Senior Diana Hinojosa-Medina has some difficulty seeing why people oppose the plan, but believes that if they were in the shoes of an undocumented student, they would see the appeal. “They should consider it. We all came from different parts of the world,” she stated, “if they were in that situation, I guess they would understand it but since they’re not, they don’t see the point of view.”

Another criticism of the legislation is that it would enable immigrants to take American jobs, something Arias-Ortiz does not agree with. Rather, she feels that an educated workforce is exactly what the country needs at this point in our history. “If we didn’t have equal opportunities, [there would be] no opportunity to go to college. We need professionals, we need to think of our future,” she stated, “[we] need to make sure [undocumented students] get same opportunities, so they are prepared for an educated society.”

 Though Arias-Ortiz does not know exactly how many students in the South community will apply for the program, she is certain that the program will affect the students at South. “It will impact the community, there’s a large student population of Hispanic background,” she said, adding that she believes it will also affect students’ motivation to succeed. “Students currently in high school will be able to go to college and see what they are doing in a more meaningful way.”

 Hinojosa-Medina has a friend who is applying to the program, and she believes that the program would benefit her immensely by motivating her to achieve in school, and realize that it is possible to realize her goals. “She’s going to have better opportunities to make her dreams come true and she will have a chance to continue on with her education,” she stated. Arias-Ortiz continued by stating that she doesn’t “know how it feels for a student that knows already that he or she won’t be able to go to college or get a job as a professional,” and hopes that the plan, along with MPS’ support, will provide students with a “good opportunity for students to get going and have a better picture of the future.”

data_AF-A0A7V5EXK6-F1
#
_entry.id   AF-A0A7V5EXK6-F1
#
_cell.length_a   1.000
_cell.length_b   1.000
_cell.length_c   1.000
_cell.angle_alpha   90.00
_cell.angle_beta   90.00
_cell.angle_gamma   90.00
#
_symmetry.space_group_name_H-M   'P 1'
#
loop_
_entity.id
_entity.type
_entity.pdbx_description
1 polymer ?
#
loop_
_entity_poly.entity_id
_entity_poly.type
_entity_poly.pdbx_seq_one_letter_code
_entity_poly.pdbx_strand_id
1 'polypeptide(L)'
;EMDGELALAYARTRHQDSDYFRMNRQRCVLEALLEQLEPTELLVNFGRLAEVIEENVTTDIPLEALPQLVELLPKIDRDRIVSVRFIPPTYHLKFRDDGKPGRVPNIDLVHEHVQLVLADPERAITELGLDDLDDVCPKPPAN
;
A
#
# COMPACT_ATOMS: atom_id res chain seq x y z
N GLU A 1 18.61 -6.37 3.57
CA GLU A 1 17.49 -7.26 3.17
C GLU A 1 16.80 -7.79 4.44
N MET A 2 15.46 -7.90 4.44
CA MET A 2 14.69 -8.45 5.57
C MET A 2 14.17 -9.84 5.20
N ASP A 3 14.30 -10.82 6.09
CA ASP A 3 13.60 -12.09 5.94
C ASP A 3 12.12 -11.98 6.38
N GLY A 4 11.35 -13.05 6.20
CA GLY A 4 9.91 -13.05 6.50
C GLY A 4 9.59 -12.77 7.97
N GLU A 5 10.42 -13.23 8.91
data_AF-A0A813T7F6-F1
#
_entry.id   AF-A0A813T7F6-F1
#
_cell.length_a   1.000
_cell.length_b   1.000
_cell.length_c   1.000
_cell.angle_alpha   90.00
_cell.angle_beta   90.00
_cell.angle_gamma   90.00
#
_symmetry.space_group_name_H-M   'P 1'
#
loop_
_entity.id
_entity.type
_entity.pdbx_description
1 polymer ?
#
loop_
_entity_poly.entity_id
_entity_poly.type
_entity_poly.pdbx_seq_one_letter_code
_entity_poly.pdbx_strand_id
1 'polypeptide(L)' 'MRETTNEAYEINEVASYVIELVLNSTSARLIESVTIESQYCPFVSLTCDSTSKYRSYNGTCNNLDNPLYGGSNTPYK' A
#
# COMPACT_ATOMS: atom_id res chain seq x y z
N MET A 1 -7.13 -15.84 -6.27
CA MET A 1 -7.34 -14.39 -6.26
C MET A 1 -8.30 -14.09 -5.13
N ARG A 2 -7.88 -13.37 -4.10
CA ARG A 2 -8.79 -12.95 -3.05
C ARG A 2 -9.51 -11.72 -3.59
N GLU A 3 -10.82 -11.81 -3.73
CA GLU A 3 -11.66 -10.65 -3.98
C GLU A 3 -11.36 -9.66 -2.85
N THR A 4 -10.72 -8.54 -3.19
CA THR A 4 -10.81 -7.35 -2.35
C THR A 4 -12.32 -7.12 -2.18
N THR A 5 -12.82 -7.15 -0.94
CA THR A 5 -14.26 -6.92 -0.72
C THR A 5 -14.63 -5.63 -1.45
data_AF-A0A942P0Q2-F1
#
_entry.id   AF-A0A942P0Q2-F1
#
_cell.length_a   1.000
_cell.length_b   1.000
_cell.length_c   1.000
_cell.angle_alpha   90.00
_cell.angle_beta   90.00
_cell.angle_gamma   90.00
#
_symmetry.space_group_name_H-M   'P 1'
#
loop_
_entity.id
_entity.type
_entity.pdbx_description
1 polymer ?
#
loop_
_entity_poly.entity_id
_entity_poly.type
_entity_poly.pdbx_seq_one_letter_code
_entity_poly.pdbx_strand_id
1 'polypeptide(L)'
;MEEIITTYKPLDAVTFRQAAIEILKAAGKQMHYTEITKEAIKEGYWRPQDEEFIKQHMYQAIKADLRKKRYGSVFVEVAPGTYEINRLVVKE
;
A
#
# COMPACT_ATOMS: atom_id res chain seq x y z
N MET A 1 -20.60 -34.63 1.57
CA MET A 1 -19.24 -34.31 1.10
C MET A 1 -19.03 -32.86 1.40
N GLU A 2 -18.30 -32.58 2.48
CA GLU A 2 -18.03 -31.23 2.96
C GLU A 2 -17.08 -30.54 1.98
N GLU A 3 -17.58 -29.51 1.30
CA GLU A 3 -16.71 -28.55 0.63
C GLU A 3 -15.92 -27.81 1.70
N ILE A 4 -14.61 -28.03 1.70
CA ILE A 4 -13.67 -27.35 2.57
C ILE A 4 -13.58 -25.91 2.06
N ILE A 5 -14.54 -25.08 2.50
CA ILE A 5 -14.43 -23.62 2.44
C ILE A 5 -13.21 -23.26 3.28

But above all, Arias-Ortiz hopes that the Obama administration’s plan will enable students to give back to the community that they have been a part of since coming to the United States and be more like an average resident of the country. “[The plan] gives them a way to serve in the community and do something positive for themselves and their families,” she said, “they will have a chance to come out of the shadows and be somebody, like a normal resident.”